What Should I Do for Infertility Testing Part 1: Screenings

Fertility and Pregnancy

Several tests are necessary to determine the cause of your difficulty in having a child and the current state of your body. If there is a definite cause, this will need to be addressed. Along with tests to find the cause of infertility, it is also advisable to check the safety of getting pregnant when starting infertility treatment. 

Screening Tests

It is advisable to have a stable condition after treatment if you have a disease that may cause problems if you become pregnant.

Endocrine Test

The initial endocrine tests include the following:

  • Luteinizing hormone (LH)
  • Follicle-stimulating hormone (FSH)
  • Estradiol (E2)
  • Lactation hormone (PRL)
  • Luteinizing hormone (P4)
  • Testosterone (T)

Measurements may vary depending on the case and menstrual cycle. FSH, LH, and E2 are measured on days 3-7 of the menstrual cycle in the early follicular phase to evaluate ovarian function. In addition, PRL should be measured in cases of leaking milk, ovulation disorders, and abnormal menstrual cycles.

In cases where polycystic ovarian syndrome (PCOS) is suspected, it may be useful to measure testosterone as well. P4 measurement is useful in cases where luteal insufficiency is suspected based on changes in basal body temperature. It is performed in the mid-luteal phase. Hormone stress tests and thyroid function tests (TSH, fT3, fT4) are performed in cases where they are deemed necessary

Chlamydia Antibody Test

Chlamydia antibody tests (lgG, lgA) are very important as an initial test for infertility. lgG antibodies often remain positive even after cure if there is a previous infection, but it is necessary to take action even if there is a previous infection.

It is advisable to seek treatment together with your partner in cases of positive antibodies or IgA antibodies without a history of treatment and cases where the antibody test does not rule out current infection. The chlamydial antigen (nucleic acid identification) test is useful in diagnosing the presence or absence of chlamydial infection (infectivity) at the time of the test, but in some cases of advanced infection in the fallopian tubes or intra-abdominal cavity, the antigen test cannot confirm infection.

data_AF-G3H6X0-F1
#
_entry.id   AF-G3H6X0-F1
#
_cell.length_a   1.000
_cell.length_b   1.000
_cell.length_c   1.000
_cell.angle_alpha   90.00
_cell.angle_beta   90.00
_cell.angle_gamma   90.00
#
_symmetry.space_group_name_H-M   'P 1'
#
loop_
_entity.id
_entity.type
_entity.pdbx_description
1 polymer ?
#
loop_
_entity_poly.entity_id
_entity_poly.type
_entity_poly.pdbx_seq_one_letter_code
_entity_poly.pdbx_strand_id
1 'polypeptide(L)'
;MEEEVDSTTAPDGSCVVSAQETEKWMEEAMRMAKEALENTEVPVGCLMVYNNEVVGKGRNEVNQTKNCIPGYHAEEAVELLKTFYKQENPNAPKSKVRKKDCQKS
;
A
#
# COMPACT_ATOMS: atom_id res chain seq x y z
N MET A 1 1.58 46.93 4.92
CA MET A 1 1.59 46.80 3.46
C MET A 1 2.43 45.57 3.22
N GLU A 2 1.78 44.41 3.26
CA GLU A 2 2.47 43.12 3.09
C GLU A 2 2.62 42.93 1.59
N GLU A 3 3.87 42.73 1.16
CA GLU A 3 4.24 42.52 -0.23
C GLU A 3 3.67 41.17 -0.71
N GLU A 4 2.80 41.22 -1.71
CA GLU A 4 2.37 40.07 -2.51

Fallopian Tube Invasiveness Test

The fallopian tubes can be examined by tubal drainage and hysterosalpingogram. It is necessary to confirm the menstrual cycle, the condition of the bandage, the presence or absence of allergies, and the negativity of chlamydia infection. Hysteroscopy may be useful to evaluate the morphology of the uterine lumen.

General Semen Analysis

A general semen analysis is a necessary test for the evaluation of the malefactor. It is advisable to perform this test early in treatment.

Sperm Cervical Mucus Compatibility Test (Huhner test: post-coital test)

Sperm cervical mucus compatibility test (Huhner test: post-coital test) is a simple test that can be performed on an outpatient basis without the need for special equipment. It is important to perform the test on the optimal test day (exactly on the day of ovulation) as identified by ultrasound and hormone tests. The antisperm antibody test can be used as a hint for treatment in cases of poor Huhoner test results. 

Other Tests

Other general gynecological tests such as uterine cancer test and vaginal bacterial culture test may be performed.

Tests whose timing is determined by the menstrual cycle

What? When? What for?
Menstrual hormone test

(Basic hormone levels)

2nd-5th day of menstruation Measures hormones (FSH, LH) and estrogen secreted by the pituitary gland to stimulate the ovaries.
Hysterosalpingogram Immediately after the end of menstruation A test to check the passage of the fallopian tubes and the condition of the uterine cavity.
Ultrasonography

(Follicle and endometrium check)

At any time This is done to predict the day of ovulation.
Cervical mucus test             Near the day of ovulation To check if the uterus is in good condition for ovulation.
Huhner test After sexual intercourse on the day of ovulation          This test is used to check the compatibility of the sperm with the woman’s side. Luteinizing hormone test Around 1 week after ovulation Evaluate the state of the luteal phase after ovulation.
Luteinizing hormone test Around 1 week after ovulation             Evaluates the state of the luteal phase after ovulation.

 

Tests that can be done at any time

  • Hepatitis B, Hepatitis C, Syphilis, HIV (blood status and infectious disease tests)
  • Blood type, blood count (anemia, platelets)
  • AMH Ovarian reserve
  • Chlamydia antibody test
  • Vaginal bacterial culture test
  • Uterine cancer test
  • Semen test
  • Your partner’s infection test: Hepatitis B, Hepatitis C, Syphilis, HIV

Conclusion

Before you want to get pregnant, it’s better to take some tests to make sure your body is healthy not only for you but also for your future baby. You can ask your gynecologist what test you should take and when.

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